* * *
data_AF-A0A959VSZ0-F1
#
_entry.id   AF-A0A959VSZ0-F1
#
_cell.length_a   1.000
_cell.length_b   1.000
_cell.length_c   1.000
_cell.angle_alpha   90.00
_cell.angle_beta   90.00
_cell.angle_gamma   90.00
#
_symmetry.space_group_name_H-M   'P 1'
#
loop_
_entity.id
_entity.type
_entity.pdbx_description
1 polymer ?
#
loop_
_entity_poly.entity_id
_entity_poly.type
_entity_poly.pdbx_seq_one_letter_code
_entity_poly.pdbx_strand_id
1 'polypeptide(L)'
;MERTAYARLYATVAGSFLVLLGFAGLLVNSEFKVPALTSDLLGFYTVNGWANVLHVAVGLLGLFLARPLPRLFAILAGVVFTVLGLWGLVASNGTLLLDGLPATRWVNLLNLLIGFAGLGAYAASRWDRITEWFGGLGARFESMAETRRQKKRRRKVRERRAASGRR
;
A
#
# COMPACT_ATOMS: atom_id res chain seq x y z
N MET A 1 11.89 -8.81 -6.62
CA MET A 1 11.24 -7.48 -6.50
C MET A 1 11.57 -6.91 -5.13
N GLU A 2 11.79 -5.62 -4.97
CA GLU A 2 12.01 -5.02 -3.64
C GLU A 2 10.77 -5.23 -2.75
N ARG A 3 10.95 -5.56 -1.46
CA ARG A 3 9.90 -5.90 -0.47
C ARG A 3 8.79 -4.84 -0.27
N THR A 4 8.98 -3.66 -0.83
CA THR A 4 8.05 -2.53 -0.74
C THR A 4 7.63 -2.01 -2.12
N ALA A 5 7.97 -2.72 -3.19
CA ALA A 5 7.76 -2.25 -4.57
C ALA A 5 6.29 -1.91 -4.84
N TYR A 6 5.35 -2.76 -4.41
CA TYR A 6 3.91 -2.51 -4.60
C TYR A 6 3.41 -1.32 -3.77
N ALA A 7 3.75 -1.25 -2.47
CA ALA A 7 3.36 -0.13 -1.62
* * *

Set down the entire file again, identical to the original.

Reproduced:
data_AF-A0A959VSZ0-F1
#
_entry.id   AF-A0A959VSZ0-F1
#
_cell.length_a   1.000
_cell.length_b   1.000
_cell.length_c   1.000
_cell.angle_alpha   90.00
_cell.angle_beta   90.00
_cell.angle_gamma   90.00
#
_symmetry.space_group_name_H-M   'P 1'
#
loop_
_entity.id
_entity.type
_entity.pdbx_description
1 polymer ?
#
loop_
_entity_poly.entity_id
_entity_poly.type
_entity_poly.pdbx_seq_one_letter_code
_entity_poly.pdbx_strand_id
1 'polypeptide(L)'
;MERTAYARLYATVAGSFLVLLGFAGLLVNSEFKVPALTSDLLGFYTVNGWANVLHVAVGLLGLFLARPLPRLFAILAGVVFTVLGLWGLVASNGTLLLDGLPATRWVNLLNLLIGFAGLGAYAASRWDRITEWFGGLGARFESMAETRRQKKRRRKVRERRAASGRR
;
A
#
# COMPACT_ATOMS: atom_id res chain seq x y z
N MET A 1 11.89 -8.81 -6.62
CA MET A 1 11.24 -7.48 -6.50
C MET A 1 11.57 -6.91 -5.13
N GLU A 2 11.79 -5.62 -4.97
CA GLU A 2 12.01 -5.02 -3.64
C GLU A 2 10.77 -5.23 -2.75
N ARG A 3 10.95 -5.56 -1.46
CA ARG A 3 9.90 -5.90 -0.47
C ARG A 3 8.79 -4.84 -0.27
N THR A 4 8.98 -3.66 -0.83
CA THR A 4 8.05 -2.53 -0.74
C THR A 4 7.63 -2.01 -2.12
N ALA A 5 7.97 -2.72 -3.19
CA ALA A 5 7.76 -2.25 -4.57
C ALA A 5 6.29 -1.91 -4.84
N TYR A 6 5.35 -2.76 -4.41
CA TYR A 6 3.91 -2.51 -4.60
C TYR A 6 3.41 -1.32 -3.77
N ALA A 7 3.75 -1.25 -2.47
CA ALA A 7 3.36 -0.13 -1.62